"We're all mad here was what the Chesire Cat told Alice. Then he disappeared. Except for the grin, that is. As I recall, the grin stayed awhile."
This latest enduring novel by Stephen King may be a touch sluggish but is worth reading. It has been a long time since I have read anything from Mr. King and I feel that the content of this new work is more or less a new frontier for him. Apparently he tried to pen the book back in the 70's but buckled under the weight of research that was going to be required to flush out his historically exorbitant story. I love the topic of anything JFK and admire King for undertaking such a delicate and temperamental topic. Nobody knows exactly what happened that dreadful day in '63 but I am sure everyone can agree upon the fact that if Jack Kennedy lived, our world would be completely different. Would we have gone to Vietnam? Could Regan's Cold War have been avoided? How about the present day tensions in the Middle East? An alive and well 35th president surely would have touched these and undoubtedly many other aspects of our nation's history. These questions lounge beneath the cover of this book and working under the pretext that Lee Harvey Oswald was the lone gunman, beckon…..what would the world have been like had “Ozzie Rabbit” been stopped that November afternoon in 1963?
The idea of time travel is not new. However, King puts his own spin on the matter and provides some interesting guidelines. After stumbling upon a “rabbit hole” Jacob Epping is transported back to the year 1958. Every time Jacob returns to the future and re-enters the time portal, history is re-set to the original way it was before the initial entry. As we find out later though, these entries come at a cost and have their own effect on history, or “butterfly effect”. No matter how long you spend in the past, only 2 minutes of real time in the future will elapse. Our 35 year old protagonist sets about making his way from Maine down to Texas with a plan to prevent the assassination of JFK. Along the way he encounters some salty characters ranging from bookies to detectives to murderous types getting ready to commit crimes Jacob knows they are about to commit. As his level of involvement deepens, Jacobs begins to find himself struggling with the distortion of living in this new reality. Meeting a pretty young lady only adds to his confusion of whether or not he is doing the right thing by proceeding with his plans. Should he stay and attempt to drastically change the course of US history or abandon his quest and return to the comforting confides of the future?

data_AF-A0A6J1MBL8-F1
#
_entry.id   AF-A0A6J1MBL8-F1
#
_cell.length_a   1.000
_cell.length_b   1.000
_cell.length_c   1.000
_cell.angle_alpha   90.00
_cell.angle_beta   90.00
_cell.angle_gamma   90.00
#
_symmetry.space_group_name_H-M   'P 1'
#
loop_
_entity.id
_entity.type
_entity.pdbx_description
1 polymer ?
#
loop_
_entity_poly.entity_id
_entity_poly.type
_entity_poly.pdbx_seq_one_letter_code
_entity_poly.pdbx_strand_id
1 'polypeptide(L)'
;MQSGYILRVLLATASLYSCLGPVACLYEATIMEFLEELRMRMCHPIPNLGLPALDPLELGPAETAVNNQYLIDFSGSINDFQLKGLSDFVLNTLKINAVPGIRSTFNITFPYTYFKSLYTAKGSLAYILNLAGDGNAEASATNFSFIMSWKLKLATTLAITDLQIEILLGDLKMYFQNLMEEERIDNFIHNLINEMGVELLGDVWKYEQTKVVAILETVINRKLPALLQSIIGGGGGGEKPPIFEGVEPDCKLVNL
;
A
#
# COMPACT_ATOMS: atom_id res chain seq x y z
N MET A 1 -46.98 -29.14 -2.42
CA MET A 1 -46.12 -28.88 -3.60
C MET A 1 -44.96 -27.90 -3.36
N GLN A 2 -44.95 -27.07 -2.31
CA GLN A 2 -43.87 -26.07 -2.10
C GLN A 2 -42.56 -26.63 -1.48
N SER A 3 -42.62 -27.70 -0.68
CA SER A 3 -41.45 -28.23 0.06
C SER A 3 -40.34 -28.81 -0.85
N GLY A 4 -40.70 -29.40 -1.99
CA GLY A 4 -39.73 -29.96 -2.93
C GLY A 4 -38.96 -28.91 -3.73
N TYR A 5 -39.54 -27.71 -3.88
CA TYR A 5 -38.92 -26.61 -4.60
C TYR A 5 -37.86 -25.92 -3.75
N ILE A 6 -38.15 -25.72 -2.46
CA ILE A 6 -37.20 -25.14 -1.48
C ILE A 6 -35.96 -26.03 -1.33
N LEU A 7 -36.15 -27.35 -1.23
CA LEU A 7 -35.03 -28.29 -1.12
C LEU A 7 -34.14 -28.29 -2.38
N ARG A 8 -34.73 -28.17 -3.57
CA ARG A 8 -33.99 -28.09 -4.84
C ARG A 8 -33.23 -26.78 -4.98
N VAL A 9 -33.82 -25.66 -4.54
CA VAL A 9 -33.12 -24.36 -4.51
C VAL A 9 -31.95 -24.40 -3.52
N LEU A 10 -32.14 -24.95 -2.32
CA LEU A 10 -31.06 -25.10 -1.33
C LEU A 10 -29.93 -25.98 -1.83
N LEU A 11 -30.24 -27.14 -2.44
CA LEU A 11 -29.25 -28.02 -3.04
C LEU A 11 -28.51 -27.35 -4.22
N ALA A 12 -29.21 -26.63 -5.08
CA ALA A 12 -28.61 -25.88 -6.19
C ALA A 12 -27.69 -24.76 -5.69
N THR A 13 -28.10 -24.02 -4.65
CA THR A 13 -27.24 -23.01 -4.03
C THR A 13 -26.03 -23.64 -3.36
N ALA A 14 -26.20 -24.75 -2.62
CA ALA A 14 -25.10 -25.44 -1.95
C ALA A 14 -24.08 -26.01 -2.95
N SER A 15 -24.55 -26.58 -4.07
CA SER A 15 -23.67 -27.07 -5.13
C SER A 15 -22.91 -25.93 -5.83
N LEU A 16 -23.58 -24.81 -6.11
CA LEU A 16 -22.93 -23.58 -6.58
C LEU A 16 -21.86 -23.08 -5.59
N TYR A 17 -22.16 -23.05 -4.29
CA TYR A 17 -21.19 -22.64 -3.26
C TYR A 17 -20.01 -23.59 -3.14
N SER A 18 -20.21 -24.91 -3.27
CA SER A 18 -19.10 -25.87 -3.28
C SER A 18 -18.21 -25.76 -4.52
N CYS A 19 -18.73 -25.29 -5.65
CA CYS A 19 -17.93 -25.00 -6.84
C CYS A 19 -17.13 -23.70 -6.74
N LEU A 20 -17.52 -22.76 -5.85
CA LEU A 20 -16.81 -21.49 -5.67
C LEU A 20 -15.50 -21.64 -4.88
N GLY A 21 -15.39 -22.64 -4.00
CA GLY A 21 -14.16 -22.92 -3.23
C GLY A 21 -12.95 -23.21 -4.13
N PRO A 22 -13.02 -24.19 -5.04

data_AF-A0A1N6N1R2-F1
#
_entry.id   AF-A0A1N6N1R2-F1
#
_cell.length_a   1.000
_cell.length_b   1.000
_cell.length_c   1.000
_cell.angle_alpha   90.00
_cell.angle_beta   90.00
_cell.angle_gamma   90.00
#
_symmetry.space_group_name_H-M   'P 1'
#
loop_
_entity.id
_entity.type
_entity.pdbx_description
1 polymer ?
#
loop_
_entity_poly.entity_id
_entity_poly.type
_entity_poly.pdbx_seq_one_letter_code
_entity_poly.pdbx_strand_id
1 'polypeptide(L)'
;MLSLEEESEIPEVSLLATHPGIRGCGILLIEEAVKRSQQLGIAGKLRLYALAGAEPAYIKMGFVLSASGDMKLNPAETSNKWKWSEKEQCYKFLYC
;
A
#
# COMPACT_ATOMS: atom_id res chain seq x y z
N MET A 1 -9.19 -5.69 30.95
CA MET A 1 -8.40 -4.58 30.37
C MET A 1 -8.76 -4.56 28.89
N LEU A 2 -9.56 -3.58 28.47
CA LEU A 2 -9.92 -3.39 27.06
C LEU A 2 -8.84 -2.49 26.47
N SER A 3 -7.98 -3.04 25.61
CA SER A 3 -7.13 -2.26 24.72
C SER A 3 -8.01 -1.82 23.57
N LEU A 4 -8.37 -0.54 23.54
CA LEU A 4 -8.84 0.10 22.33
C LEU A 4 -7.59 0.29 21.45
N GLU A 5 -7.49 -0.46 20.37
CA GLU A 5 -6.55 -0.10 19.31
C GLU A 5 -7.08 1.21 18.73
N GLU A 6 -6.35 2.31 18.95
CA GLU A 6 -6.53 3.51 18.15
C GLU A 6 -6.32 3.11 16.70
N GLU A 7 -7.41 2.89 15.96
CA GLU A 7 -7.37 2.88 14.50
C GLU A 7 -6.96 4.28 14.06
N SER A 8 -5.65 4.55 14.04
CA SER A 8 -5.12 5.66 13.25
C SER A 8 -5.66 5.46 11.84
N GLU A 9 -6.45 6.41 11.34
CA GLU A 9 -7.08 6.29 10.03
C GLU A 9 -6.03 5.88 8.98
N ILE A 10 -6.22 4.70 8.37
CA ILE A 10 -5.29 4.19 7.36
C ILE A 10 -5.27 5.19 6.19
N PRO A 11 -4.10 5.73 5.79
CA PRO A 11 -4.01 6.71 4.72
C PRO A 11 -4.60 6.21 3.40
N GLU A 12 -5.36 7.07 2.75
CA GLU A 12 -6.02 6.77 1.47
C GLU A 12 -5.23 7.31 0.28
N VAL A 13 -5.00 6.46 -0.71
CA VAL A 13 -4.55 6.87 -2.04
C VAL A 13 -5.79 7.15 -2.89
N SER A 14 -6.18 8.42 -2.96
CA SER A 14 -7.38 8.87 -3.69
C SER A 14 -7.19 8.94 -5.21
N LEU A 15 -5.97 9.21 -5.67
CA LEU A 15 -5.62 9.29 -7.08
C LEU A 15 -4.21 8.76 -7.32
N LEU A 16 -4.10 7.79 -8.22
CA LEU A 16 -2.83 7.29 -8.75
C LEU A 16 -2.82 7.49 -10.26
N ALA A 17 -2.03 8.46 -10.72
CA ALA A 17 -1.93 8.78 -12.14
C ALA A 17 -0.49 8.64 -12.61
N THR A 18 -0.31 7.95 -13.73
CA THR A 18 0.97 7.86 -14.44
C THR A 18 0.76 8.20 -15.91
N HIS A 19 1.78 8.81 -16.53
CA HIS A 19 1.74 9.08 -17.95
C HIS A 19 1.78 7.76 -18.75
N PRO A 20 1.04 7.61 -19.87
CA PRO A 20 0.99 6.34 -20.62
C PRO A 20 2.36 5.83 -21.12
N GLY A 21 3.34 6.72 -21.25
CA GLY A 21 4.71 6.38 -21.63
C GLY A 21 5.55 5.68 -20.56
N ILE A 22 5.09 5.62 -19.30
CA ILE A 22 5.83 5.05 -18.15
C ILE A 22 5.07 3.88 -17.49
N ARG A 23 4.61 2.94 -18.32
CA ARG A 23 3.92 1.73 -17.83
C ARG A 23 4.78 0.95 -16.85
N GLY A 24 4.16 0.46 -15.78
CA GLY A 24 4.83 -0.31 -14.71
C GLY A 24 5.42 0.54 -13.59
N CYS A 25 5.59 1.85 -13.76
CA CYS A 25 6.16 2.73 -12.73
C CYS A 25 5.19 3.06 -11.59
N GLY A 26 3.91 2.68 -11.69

I would recommend this book, but must mention that it is long and at times tediously slow. I am not sure why it was written to be as long as it was, but the ending in my opinion makes up for the several chapters that you will surely breeze over. It is no Fall of Giants by Ken Follett, but definitely a solid read. The topic is absorbing and crawls into your thinking. If you had a chance to go back into history to make some changes, would you? Being my nutty history loving self, I'd be all over it. But hey, that’s just me.